Trouble in Mind (1955)
by Alice Childress

A surprisingly strong play, and quite a bit different from what I expected. I guess I expected a lesser version of A Raisin in the Sun, but this play is a comic take on race relations and double consciousness as exemplified through theater rehearsal. I say comic because that's the general tenor until you get near the end and the serious heart of the matter emerges.

One pretty exciting thing is that the cast is mixed race and that is just too infrequent. It does bear some resemblance to one of the only other mixed-race plays done here in recent memory: Clybourne Park, what with the farcical roles and antics associated with interracial relations, black people playing the servile role to unconsciously-privileged whites, white people struggling to be cool or chummy with African-Americans who play along but only allow it to go so far, and the straight talk when each is with their "own." This makes for a good comedy, especially since the essential dance or conflict is still well – understood and so often rehearsed. It is a performance that we refuse to let close, culturally, because new actors are constantly arising in taking on the roles practiced by their models/kind/people. There is most certainly movement and transcendence among individuals (even as the play allows for with the possibility of love between Judy and John), and yet the farce, the tragedy continues on the systemic level. Pockets heal, but the disease prevails.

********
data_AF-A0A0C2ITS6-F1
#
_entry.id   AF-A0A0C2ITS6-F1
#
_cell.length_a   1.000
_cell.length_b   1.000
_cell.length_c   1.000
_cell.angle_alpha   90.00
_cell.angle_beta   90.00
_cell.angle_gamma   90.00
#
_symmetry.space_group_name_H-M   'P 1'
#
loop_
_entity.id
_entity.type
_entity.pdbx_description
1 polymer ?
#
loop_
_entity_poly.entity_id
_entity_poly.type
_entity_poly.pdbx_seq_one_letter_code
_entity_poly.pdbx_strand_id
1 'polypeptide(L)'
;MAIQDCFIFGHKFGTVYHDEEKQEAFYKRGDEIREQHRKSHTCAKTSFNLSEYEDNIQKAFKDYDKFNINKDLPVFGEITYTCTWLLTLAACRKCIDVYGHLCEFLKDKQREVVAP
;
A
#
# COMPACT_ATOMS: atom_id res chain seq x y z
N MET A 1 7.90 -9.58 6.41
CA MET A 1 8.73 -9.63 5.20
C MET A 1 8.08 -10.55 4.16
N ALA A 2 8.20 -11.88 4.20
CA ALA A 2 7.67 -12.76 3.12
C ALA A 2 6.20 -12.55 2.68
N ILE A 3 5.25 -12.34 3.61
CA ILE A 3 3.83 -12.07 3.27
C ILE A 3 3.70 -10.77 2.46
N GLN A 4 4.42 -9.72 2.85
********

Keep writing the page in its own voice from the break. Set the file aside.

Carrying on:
Wiletta seems to be the central character, protagonist to Manner's antagonist, though the parts are not good and evil. Wiletta is the long time lover of the stage, as we see with her opening reverence for the empty stage she enters. She is dedicated to the proposition of being an actor, finds her grace in the adoption of roles, even if they are less than ideal. She advocates a real world attitude to emerging actors, a thespian double consciousness, and yet she herself is tested by the play she is cast in. She is tested by a plot that makes no sense about characters whose motivations are irrational, because the audience and the writer are unwilling to ascribe any heroic virtues beyond victimhood to African-American characters.  At the center of the internal story is Job, who is eventually lynched because he tried to vote in the south. John plays this role. John is an upcoming/rising star, a young charismatic actor who falls right in line with the wishes of the director, even adopting his mannerisms, a blank slate, lump of clay awaiting his molding, his assimilation… 

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(More: "Who's Afraid of Alice Childress?")